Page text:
Defendants also argue that the government's decision not to intervene in this case indicates that the alleged misrepresentations were not material. (See Mot. to Dismiss at 3; Reply at 9.) As the Sixth Circuit has observed, in Escobar itself, the government chose not to intervene and the Supreme Court did not mention it as a factor relevant to materiality. See United States ex rel. Prather v. Brookdale Senior Living Communities, Inc., 892 F.3d 822, 836 (6th Cir. 2018) (citing 136 S. Ct. at 1998 ). Separately, "[i]f relators' ability to plead sufficiently the element of materiality were stymied by the government's choice not to intervene, this would undermine the purposes of the Act," as the FCA allows relators to proceed even without government intervention. Id. (citation omitted). And finally, there is no reason believe that the decision not to intervene is a comment on the merits of this case. See, e.g., United States ex rel. Atkins v. McInteer, 470 F.3d 1350, 1360 n.17 (11th Cir. 2006) ("In any given case, the government may have a host of reasons for not pursuing a claim."); United States ex rel. Chandler v. Cook Cty., Ill., 277 F.3d 969, 974 n.5 (7th Cir. 2002) ("The Justice Department may have myriad reasons for permitting the private suit to go forward including limited prosecutorial resources and confidence in the relator's attorney.").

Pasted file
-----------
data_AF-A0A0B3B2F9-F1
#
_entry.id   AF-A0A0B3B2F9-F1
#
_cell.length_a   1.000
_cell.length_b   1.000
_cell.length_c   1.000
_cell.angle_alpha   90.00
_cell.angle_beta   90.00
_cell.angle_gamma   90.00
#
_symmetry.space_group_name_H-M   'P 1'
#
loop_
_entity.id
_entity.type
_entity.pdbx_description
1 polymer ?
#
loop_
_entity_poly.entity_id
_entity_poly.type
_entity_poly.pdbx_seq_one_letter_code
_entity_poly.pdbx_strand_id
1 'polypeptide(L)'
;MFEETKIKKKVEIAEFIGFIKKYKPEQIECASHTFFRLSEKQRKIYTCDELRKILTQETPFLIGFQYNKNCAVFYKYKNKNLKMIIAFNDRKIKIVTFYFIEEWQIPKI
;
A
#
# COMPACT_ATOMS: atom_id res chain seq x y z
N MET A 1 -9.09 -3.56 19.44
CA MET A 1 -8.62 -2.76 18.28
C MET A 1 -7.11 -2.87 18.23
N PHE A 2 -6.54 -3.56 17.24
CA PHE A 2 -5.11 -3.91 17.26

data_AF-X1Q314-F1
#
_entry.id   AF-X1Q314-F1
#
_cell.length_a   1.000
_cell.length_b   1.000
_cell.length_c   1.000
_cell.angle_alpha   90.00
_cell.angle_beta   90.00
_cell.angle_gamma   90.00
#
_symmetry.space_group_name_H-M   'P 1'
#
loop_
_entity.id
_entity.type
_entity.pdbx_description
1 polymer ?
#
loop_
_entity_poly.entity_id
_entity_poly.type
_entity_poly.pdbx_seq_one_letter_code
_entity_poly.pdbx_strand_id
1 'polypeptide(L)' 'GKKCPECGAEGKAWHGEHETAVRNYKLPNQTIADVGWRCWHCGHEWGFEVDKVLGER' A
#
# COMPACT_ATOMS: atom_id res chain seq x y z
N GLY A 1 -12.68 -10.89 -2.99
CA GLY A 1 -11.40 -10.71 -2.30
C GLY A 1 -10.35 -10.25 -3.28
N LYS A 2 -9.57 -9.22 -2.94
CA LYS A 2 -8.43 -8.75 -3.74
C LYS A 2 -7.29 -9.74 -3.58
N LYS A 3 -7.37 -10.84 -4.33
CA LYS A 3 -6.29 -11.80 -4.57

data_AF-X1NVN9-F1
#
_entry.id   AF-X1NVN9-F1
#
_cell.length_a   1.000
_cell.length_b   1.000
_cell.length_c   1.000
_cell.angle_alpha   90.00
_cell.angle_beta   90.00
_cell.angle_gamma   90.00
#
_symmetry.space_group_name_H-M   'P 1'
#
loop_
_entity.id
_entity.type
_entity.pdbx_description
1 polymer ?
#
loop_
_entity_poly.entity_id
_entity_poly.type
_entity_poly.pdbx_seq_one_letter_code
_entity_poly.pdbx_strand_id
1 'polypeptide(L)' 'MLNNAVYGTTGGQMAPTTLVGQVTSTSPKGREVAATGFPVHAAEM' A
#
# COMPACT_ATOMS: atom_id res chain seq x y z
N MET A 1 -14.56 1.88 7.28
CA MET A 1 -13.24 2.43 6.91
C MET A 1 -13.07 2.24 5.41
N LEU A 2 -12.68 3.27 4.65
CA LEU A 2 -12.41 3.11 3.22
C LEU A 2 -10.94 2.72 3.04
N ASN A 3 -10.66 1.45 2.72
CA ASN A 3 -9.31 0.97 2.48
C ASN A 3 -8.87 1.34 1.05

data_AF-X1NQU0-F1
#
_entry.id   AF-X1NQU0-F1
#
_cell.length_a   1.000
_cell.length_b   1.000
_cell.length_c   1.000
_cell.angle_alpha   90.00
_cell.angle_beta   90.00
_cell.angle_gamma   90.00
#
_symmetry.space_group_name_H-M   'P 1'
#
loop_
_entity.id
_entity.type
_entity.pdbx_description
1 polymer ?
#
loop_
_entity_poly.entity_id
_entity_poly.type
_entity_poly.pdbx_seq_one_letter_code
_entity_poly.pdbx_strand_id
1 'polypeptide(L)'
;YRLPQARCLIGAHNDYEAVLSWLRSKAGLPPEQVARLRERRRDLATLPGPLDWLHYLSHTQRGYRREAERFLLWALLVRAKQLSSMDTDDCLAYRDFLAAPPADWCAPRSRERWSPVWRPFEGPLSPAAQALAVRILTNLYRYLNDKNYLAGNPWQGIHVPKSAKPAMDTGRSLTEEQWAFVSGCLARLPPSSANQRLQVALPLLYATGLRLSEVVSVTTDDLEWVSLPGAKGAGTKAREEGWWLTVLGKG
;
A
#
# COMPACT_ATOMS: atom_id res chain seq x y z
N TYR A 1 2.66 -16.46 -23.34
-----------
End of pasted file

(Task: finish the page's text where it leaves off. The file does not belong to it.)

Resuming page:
Third, defendants argue that AR's noncompliance does not go to the central purpose of any of the contracts, as the contracts pertain to missile defense and rocket engine technology, not cybersecurity. See Escobar, 136 S. Ct. at 2004 n.5 (noting that a misrepresentation is material where it goes to the "essence of the bargain"). This argument is unavailing at this stage of the proceedings. Relator alleges that all of AR's relevant contracts with the DoD and NASA incorporated each entity's acquisition regulations. (See SAC ¶¶ 84, 105.) These acquisition regulations require that the defense contractor undertake cybersecurity specific measures before the contractor can handle certain technical information. Here, compliance with these cybersecurity requirements could have affected AR's ability to handle technical information pertaining to missile defense and rocket engine technology. (See Req. for Judicial Notice Ex. Z at 1.) Accordingly, misrepresentations as to compliance with these cybersecurity requirements could have influenced the extent to which AR could have performed the work specified by the contract.